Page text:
Theologically, this response is on the right track, but in terms of human relations it is not.  First of all, I’m pretty sure that William Bruce Jenner’s name has been legally changed to Caitlyn, so there’s no reason not to call him Caitlyn.  To make a sticking point of that is to be needlessly combative, not to mention rude.  But do we as Christians have the right to call Caitlyn a woman?  Apart from the myriad social issues possibly involved considering his unrepentant divorces and multiple marriages, his exposure to the famously-dysfunctional Kardashian family, and the obvious social and emotional pressure of self-identifying as the opposite gender despite his body, there’s still the biblical bottom line to face up to: did God make a mistake when he made Caitlyn a male at birth?

Seriously, was that a divine “oops” moment, or is Caitlyn really supposed to be a man after all?

I do not believe that God makes mistakes.  I do believe, however, that we sinful humans make mistakes.  We even make mistakes about our identity.  I know a few people who thought they were called to the celibate priesthood, but eventually realized that they were called to marriage.  I’ve known people who thought they were called to one job, but ended up in a completely different career direction.  I, myself, associate having long hair with my own identity, which is probably insignificant to who I really am; I’m just caught up on this fiddly detail and am too afraid to change it.

So rather than taking the easy way out and claiming that Caitlyn was born in the wrong body, biblical Christian theology frames the issue for us such that we must conclude that Caitlyn has made a mistake (or perhaps a series of mistakes) that lead him to the erroneous conclusion that he’s supposed to be a woman.

But before we get all uppity about how terrible a sinner he is, let us remember how difficult this type of situation is.  Identity is a very precious thing.  When people are interested in Christ and the Gospel, self-identification is often the last thing we want to let go of.  Even for myself, growing up in the faith my entire life, there was a point at which I finally realized that I had to set my desires and self-perceptions aside in order to acknowledge Christ’s utter lordship in my life.  Repentance and turning to Christ in true faith is a complete and total surrender, and that’s really scary and difficult.  I would imagine that many non-christians who read that statement would find it horrifically self-abasing.  But, between the depths of human sin and the perfection of God, there is no alternative: we need God to be the definer of our lives and identities… even over our self-perceived sexual identification.

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Lest We Forget

As the famous poem by Lt. Col. John McCrae goes;

In Flanders fields the poppies blow
Between the crosses, row on row
That mark our place; and in the sky
The larks, still bravely singing, fly
Scarce heard amid the guns below.

We are the Dead. Short days ago
We lived, felt dawn, saw sunset glow,
Loved and were loved, and now we lie
In Flanders fields.

Take up our quarrel with the foe:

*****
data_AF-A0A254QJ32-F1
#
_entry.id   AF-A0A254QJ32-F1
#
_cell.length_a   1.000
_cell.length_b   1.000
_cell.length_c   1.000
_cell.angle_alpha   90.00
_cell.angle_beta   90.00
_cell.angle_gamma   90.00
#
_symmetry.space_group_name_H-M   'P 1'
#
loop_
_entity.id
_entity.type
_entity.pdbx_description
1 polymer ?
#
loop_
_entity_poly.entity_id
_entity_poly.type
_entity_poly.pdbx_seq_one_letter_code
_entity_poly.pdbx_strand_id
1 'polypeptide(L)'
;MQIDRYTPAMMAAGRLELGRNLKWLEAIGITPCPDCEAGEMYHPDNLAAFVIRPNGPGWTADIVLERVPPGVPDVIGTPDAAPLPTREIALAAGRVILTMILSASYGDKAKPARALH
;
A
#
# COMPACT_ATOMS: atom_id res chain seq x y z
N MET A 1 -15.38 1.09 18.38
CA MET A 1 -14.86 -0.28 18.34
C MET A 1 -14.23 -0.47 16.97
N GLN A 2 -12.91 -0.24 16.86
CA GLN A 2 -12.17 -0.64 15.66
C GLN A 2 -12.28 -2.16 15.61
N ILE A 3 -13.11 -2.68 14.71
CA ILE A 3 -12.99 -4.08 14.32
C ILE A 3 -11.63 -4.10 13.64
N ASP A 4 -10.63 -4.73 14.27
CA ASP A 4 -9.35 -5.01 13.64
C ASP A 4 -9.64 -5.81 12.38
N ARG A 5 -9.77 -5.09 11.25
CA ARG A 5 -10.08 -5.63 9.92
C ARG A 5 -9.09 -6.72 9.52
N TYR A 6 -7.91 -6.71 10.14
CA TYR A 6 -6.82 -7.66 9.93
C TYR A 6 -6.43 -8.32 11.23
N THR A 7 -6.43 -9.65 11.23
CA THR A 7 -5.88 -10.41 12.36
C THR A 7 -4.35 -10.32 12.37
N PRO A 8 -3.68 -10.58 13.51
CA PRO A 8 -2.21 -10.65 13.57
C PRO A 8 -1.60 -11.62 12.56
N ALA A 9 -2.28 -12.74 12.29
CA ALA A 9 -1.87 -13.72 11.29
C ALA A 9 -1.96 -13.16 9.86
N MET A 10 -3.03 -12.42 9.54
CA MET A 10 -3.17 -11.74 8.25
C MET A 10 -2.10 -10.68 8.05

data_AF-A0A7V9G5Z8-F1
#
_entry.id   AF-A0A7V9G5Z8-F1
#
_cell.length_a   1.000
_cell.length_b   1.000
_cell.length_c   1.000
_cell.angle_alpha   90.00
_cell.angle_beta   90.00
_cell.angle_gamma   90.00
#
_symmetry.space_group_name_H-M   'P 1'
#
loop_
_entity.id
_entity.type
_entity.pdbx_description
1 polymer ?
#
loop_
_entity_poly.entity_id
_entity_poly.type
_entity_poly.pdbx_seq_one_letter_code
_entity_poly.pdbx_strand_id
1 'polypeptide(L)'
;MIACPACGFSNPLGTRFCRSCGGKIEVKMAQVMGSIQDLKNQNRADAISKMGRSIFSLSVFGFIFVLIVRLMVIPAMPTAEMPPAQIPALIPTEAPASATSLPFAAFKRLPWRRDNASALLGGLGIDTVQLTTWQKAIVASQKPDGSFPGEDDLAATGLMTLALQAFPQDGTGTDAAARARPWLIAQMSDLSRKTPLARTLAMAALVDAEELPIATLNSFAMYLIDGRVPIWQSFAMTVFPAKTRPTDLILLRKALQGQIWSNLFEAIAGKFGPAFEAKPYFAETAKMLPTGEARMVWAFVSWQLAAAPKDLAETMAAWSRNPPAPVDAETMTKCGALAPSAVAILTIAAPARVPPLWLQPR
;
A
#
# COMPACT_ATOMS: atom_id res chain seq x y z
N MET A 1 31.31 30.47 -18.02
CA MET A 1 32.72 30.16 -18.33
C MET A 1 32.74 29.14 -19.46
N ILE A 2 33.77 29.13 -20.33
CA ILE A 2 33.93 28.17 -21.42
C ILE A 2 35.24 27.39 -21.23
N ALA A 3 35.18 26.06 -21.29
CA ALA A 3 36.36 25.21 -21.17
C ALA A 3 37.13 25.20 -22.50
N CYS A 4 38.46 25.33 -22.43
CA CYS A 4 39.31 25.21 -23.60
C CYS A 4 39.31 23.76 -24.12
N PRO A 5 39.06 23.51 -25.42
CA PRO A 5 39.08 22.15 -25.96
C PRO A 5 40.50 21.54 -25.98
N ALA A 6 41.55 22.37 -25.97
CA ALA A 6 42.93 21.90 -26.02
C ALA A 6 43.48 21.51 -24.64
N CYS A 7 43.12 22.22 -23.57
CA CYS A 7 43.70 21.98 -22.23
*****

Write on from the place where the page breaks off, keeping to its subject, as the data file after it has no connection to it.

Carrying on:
To you from failing hands we throw
The torch; be yours to hold it high.
If ye break faith with us who die
We shall not sleep, though poppies grow
In Flanders fields.

The red poppy has become a symbol of remembrance for those who have fallen in war.

Of all our Patriotic American holidays, Memorial Day strikes me as the most sacred and Christian-like among them.  It has that balance between sober remembrance and joyful celebration.  It forces the stories of those who never returned home to come before our attention, even as we prepare for family cookouts at the beginning of summer.  This dynamic of solemnity and joy, fasting and feasting, is very much akin to how we celebrate our Christian holidays too: solemn or penitential preparation leading to joyful feasting and celebration.  Most recently, we moved through the quiet and prayerful Ascentiontide (the 10-day period following Christ’s ascension into heaven) and arrived at the great joyful feast of Pentecost.  This week (“Pentecosttide,” if you will) continues that celebration of the outpoured gift of the Holy Spirit, until we arrive at Trinity Sunday, which brings the Springtime sequence of special holidays and seasons to its close.

In the American Memorial Day we remember those who fought and died protecting this country, or protecting others across the world.  By doing so we don’t blindly assume that every war has been just; rather we remember the obedient devotion and service of these men and women who paid the greatest price one can pay, in the service of our country.  Regardless of how perfect our country might be at a given time (especially considering how corrupt the Roman Empire was when St. Paul wrote in Romans 13:6 that the Emperor was God’s minister for secular rule), our Christian mandate is to be good citizens and respect our leaders, and so it is a right and good and joyful thing to honor our fellow countrymen who laid down their lives for the sake our communities, local and national.

Very similarly, the Christian Church has had a tradition of remembering her own great servants and martyrs throughout history.  The mentality is much the same: heroes of our community (in this case, the Church) have given great service to Christ and His people, and we do well to remember them, their teaching, their examples, or whatever else they did, and to give thanks to God for them.  If you dig around through calendars old and new, you could find thousands of saints to fill the entire year, so there’s always some selection that has to be made to work out who is “more beneficial” to our spiritual growth for us to remember.  One such example, whose feast day is today, May 26th, is Saint Augustine of Canterbury.